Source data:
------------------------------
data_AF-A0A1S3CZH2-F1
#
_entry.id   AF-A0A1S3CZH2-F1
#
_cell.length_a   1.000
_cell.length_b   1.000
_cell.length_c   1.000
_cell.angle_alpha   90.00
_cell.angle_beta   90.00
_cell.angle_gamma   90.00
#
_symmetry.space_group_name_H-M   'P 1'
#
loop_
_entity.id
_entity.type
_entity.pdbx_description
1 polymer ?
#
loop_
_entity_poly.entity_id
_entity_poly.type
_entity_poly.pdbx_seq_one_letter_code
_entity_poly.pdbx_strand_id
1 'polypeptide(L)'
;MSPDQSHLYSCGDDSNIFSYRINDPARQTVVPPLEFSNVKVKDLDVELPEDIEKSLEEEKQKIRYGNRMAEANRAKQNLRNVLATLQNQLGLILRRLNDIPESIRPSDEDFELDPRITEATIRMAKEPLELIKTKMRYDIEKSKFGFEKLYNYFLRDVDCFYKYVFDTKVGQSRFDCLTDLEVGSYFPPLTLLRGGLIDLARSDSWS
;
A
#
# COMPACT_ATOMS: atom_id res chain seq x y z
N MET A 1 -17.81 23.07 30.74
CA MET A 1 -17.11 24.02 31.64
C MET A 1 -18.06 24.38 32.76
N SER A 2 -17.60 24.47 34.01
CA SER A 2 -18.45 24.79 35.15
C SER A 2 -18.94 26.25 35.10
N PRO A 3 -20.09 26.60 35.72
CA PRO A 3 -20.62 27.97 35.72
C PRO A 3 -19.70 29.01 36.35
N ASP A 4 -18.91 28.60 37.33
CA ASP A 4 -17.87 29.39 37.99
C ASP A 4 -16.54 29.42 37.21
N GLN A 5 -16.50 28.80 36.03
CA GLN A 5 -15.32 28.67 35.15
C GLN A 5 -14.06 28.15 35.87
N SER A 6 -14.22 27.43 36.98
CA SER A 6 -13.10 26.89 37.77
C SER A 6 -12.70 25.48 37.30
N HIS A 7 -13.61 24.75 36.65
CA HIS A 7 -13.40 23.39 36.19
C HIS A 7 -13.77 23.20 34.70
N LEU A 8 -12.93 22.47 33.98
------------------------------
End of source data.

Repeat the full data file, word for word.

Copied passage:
data_AF-A0A1S3CZH2-F1
#
_entry.id   AF-A0A1S3CZH2-F1
#
_cell.length_a   1.000
_cell.length_b   1.000
_cell.length_c   1.000
_cell.angle_alpha   90.00
_cell.angle_beta   90.00
_cell.angle_gamma   90.00
#
_symmetry.space_group_name_H-M   'P 1'
#
loop_
_entity.id
_entity.type
_entity.pdbx_description
1 polymer ?
#
loop_
_entity_poly.entity_id
_entity_poly.type
_entity_poly.pdbx_seq_one_letter_code
_entity_poly.pdbx_strand_id
1 'polypeptide(L)'
;MSPDQSHLYSCGDDSNIFSYRINDPARQTVVPPLEFSNVKVKDLDVELPEDIEKSLEEEKQKIRYGNRMAEANRAKQNLRNVLATLQNQLGLILRRLNDIPESIRPSDEDFELDPRITEATIRMAKEPLELIKTKMRYDIEKSKFGFEKLYNYFLRDVDCFYKYVFDTKVGQSRFDCLTDLEVGSYFPPLTLLRGGLIDLARSDSWS
;
A
#
# COMPACT_ATOMS: atom_id res chain seq x y z
N MET A 1 -17.81 23.07 30.74
CA MET A 1 -17.11 24.02 31.64
C MET A 1 -18.06 24.38 32.76
N SER A 2 -17.60 24.47 34.01
CA SER A 2 -18.45 24.79 35.15
C SER A 2 -18.94 26.25 35.10
N PRO A 3 -20.09 26.60 35.72
CA PRO A 3 -20.62 27.97 35.72
C PRO A 3 -19.70 29.01 36.35
N ASP A 4 -18.91 28.60 37.33
CA ASP A 4 -17.87 29.39 37.99
C ASP A 4 -16.54 29.42 37.21
N GLN A 5 -16.50 28.80 36.03
CA GLN A 5 -15.32 28.67 35.15
C GLN A 5 -14.06 28.15 35.87
N SER A 6 -14.22 27.43 36.98
CA SER A 6 -13.10 26.89 37.77
C SER A 6 -12.70 25.48 37.30
N HIS A 7 -13.61 24.75 36.65
CA HIS A 7 -13.40 23.39 36.19
C HIS A 7 -13.77 23.20 34.70
N LEU A 8 -12.93 22.47 33.98